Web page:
Let’s Roll: Remembering faith, family, and freedom

by Calli Newberry

My dad once told me that beside accepting Christ as his savior, marrying my mom, and having kids, attending Wheaton College was the best decision he ever made. 

As a two-sport athlete there, he accumulated concussions, broken cheek bones, and a separated shoulder but he’d still say it was all worth it. He made lifelong friends and learned lifelong lessons, all of which have helped make him who he is today. 

Every year he’d get a Wheaton College football highlight DVD in the mail and my brothers would get so excited. They’d pop it in and run around the house with plastic helmets on their heads and little footballs in their arms. Wheaton football was a big deal in our house. 

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At the beginning of the DVD, it would show the players exiting the locker room, and each one of them would slap a small, orange and blue sign above the doorway. It said, “Let’s Roll.” It was exciting and inspiring. 

“Let’s Roll” was something my dad would say to us as we all tried to file out of our house or when we’d set out to do a project. I always thought it was just something he said because he said it in college as I had seen on the DVDs. 

But when we were older, he told us what those two words really represented. They were words that belonged to Todd Beamer, one of my dad’s teammates on the Wheaton baseball team. He told us when and why Beamer said those two words and I no longer view them as a simple phrase. 

Beamer was on United Flight 93 when it was overtaken by terrorists on September 11, 2011. Twenty years ago today thousands of people lost their lives in one of the most tragic events in our country’s history. Hundreds, maybe thousands more, would have died if it weren’t for Beamer and the other brave men and women on that flight. 

Two planes had already crashed into the World Trade Center, and a third had hit the Pentagon. Flight 93 was claimed to be on target for the Capitol. After hearing of the other attacks and realizing their plane had also been hijacked, the passengers onboard did everything they could to deter the plane from its target. They succeeded in their attempt, as they instead crashed into a southern Pennsylvania field, but they also lost their lives. 

They left behind family, friends, careers, dreams — everything — all in an effort to protect our country.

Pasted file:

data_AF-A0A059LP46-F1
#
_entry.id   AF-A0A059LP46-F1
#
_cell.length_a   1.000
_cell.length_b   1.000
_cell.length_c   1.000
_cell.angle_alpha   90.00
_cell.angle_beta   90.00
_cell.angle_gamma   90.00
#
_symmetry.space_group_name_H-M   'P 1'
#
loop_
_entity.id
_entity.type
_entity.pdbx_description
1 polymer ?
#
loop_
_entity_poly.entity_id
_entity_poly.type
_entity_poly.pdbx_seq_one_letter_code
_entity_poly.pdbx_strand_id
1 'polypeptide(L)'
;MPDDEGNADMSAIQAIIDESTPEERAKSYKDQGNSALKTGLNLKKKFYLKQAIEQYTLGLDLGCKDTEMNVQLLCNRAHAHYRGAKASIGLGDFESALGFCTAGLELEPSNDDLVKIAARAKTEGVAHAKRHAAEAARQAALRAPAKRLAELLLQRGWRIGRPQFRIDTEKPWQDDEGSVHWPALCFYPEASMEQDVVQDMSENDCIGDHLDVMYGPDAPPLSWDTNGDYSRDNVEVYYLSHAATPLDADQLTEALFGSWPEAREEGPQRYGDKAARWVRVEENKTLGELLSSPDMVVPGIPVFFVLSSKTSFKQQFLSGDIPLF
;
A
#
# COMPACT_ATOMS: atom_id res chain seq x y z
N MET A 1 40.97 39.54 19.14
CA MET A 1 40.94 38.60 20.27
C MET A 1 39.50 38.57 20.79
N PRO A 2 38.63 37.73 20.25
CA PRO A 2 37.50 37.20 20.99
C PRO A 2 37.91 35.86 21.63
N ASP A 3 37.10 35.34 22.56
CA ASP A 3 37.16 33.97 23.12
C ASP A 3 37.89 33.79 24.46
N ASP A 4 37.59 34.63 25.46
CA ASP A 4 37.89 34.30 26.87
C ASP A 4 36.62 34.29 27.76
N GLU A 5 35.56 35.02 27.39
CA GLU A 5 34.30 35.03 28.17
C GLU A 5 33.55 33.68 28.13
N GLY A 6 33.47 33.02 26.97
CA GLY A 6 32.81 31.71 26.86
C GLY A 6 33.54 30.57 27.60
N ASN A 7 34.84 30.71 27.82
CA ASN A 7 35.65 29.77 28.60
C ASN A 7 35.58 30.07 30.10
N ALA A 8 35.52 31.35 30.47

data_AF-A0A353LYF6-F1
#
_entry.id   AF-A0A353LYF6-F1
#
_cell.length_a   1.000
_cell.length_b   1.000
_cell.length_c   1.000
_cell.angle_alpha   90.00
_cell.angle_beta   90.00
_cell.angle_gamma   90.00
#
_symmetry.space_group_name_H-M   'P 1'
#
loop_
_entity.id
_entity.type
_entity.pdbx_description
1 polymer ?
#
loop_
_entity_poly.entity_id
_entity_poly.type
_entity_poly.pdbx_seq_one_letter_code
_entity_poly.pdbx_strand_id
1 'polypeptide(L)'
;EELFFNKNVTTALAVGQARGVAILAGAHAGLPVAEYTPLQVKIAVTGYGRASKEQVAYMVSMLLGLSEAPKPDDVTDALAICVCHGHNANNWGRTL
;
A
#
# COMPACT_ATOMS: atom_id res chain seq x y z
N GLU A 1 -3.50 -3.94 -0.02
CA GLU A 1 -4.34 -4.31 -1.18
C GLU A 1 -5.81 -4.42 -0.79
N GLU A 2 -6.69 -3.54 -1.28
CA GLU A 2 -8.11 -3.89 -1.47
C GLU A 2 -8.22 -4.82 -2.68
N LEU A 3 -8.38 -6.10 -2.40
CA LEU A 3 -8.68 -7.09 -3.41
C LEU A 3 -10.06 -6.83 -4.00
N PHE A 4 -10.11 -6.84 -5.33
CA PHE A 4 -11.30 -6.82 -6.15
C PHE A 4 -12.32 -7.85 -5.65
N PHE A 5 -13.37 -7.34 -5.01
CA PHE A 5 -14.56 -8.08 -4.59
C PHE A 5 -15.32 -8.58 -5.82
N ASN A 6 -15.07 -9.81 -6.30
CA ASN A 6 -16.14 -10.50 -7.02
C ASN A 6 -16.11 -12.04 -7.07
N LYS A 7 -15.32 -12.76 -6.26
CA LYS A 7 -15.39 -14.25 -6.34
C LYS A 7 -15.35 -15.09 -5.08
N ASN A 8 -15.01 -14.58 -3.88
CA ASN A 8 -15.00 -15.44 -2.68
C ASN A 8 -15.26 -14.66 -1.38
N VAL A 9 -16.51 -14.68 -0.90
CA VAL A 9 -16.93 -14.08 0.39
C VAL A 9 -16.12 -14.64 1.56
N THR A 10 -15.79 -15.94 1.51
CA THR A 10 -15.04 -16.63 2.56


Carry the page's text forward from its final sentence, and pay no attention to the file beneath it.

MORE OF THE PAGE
As the passengers formed a plan to stop the hijackers, Beamer made a call from the plane and was connected to an Airfone customer service agent. He informed the agent of the circumstance and their plan of attack, and then asked her to say the Lord’s Prayer with him. He also asked that she would tell his family how much he loved them. Then he said his last known words, “Let’s Roll.”

In one of the most terrible situations, Beamer not only leaned into his faith through prayer, but witnessed to everyone around him. He showed love to his family in the only way he could in that moment, leaving them with no doubt of his care for them. And he valued the freedom our country has and represents to the rest of the world through sacrifice. 

The last hour of Todd Beamer’s life represented the values on which our country was founded, and it inspires us to live every hour of our lives with those values in mind. 

“Let’s Roll” carries a lot of weight when we remember it in its original context. It was a phrase said by a man in the middle of chaos and upheaval, a man who’d soon be facing the end. Yet those two words have such a confidence about them. 

“Let’s Roll” means we’re ready for whatever lies ahead. It means we’ll give all we have for the greater good and we’ll do it with pride. It means a clear vision when everything is uncertain, and peace in knowing we’re doing what’s right. And it means doing what we believe is right even when it’s hard.

“Let’s Roll” are two words to live by if it means living like the example of Todd Beamer.

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